A friend of mine was in Admissions at Columbia for many years and had some good advice. So I assume you have the baseline excellent grades and test scores. But how to stand out? Look at what is missing at the school.
My friend said she read through thousands of applications every year where the applicant was a violinist. Problem? Orchestras need only so many violinists. What was desperately needed was a French horn player. Orchestral music scores almost always have the French horn. But she almost never received an application from a French horn player!
Sane is true for Fencing and Squash. Ivies tend to need more fencers and squash players than they have applications from.
Also look at niche majors. Cornell has a fantastic Forestry major but not a ton of Applicants.
Lastly look at what you can Create. Ivies look fondly on inventions, trademarks, patents, something that you felt passionate about and created. The Ivies get tons of Applications from people who worked with the homeless, or in a clinic, or in a food pantry, or off to Africa for the summer to assist in vaccination programs. All outstanding things, obviously.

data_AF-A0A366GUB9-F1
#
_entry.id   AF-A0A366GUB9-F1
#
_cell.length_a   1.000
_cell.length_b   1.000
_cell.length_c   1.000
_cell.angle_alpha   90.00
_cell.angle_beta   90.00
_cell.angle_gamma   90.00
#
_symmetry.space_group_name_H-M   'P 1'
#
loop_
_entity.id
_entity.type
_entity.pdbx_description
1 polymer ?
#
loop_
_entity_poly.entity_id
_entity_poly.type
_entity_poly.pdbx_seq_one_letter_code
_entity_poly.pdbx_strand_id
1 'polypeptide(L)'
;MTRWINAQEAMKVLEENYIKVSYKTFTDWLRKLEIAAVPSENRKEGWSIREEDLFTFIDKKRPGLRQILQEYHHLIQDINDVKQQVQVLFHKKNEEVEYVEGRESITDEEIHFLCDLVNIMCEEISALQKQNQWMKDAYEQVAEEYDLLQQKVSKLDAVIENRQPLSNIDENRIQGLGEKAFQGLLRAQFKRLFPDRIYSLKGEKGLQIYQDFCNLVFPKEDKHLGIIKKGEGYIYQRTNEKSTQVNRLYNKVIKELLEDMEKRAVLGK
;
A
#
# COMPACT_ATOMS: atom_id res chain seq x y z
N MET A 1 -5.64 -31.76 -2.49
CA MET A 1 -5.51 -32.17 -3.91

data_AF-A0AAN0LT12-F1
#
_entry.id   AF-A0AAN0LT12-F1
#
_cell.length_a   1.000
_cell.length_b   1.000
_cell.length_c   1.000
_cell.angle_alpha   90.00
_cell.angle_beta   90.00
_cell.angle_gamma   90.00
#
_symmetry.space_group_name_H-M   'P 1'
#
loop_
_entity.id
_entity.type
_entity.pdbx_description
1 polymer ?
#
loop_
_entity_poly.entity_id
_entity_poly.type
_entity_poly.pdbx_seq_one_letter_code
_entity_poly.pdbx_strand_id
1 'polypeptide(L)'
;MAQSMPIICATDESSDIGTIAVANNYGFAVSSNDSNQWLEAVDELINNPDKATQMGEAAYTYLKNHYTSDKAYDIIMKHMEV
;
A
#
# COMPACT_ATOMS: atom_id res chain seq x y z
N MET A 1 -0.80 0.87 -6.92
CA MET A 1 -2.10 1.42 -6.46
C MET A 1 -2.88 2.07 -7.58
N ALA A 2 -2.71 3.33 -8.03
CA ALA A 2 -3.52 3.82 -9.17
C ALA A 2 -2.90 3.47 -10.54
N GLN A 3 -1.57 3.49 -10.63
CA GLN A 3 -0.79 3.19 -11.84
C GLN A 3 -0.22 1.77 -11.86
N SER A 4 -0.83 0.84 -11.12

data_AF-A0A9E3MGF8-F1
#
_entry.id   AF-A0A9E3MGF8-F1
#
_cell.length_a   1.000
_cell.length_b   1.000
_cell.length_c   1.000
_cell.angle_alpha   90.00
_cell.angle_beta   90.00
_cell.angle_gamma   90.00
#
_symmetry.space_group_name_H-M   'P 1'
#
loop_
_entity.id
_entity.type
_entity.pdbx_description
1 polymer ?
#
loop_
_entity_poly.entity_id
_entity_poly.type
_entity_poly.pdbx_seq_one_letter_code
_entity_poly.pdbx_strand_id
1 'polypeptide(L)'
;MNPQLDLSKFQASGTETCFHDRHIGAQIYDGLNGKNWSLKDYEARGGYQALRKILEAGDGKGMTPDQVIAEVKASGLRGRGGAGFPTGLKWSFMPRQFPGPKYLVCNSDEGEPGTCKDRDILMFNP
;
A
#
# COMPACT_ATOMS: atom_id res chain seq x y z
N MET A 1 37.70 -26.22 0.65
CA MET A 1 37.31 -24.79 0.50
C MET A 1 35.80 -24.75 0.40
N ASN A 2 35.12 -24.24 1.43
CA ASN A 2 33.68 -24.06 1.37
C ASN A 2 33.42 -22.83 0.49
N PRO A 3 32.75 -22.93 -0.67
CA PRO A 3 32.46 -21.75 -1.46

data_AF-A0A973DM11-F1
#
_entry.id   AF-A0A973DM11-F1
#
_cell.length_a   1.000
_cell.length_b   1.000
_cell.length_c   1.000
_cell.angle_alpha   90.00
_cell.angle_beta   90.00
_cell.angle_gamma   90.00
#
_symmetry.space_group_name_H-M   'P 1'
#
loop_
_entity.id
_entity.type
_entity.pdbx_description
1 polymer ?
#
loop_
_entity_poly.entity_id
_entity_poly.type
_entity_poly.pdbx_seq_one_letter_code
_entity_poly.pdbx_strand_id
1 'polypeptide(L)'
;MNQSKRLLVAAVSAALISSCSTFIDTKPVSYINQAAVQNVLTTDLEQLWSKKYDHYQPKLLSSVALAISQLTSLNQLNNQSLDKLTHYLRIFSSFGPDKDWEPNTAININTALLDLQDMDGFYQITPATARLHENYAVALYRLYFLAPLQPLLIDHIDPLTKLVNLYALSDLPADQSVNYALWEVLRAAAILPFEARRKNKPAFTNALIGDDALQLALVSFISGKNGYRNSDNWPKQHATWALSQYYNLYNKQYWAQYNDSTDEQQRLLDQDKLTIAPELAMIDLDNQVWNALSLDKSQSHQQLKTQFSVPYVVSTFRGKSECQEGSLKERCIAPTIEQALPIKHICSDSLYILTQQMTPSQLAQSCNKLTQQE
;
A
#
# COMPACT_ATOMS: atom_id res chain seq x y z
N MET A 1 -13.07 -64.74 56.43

But show Admissions what you Created, not just what you Joined.
Readers: this advice is solid and highlights one of the difficulties in gaining admission to selective colleges: qualified applicants are a dime a dozen but finding the few who have something unusual is difficult. Fill a niche and you increase the chances of success. Lets talk about your unique opportunities. firstname.lastname@example.org or 610-212-6679.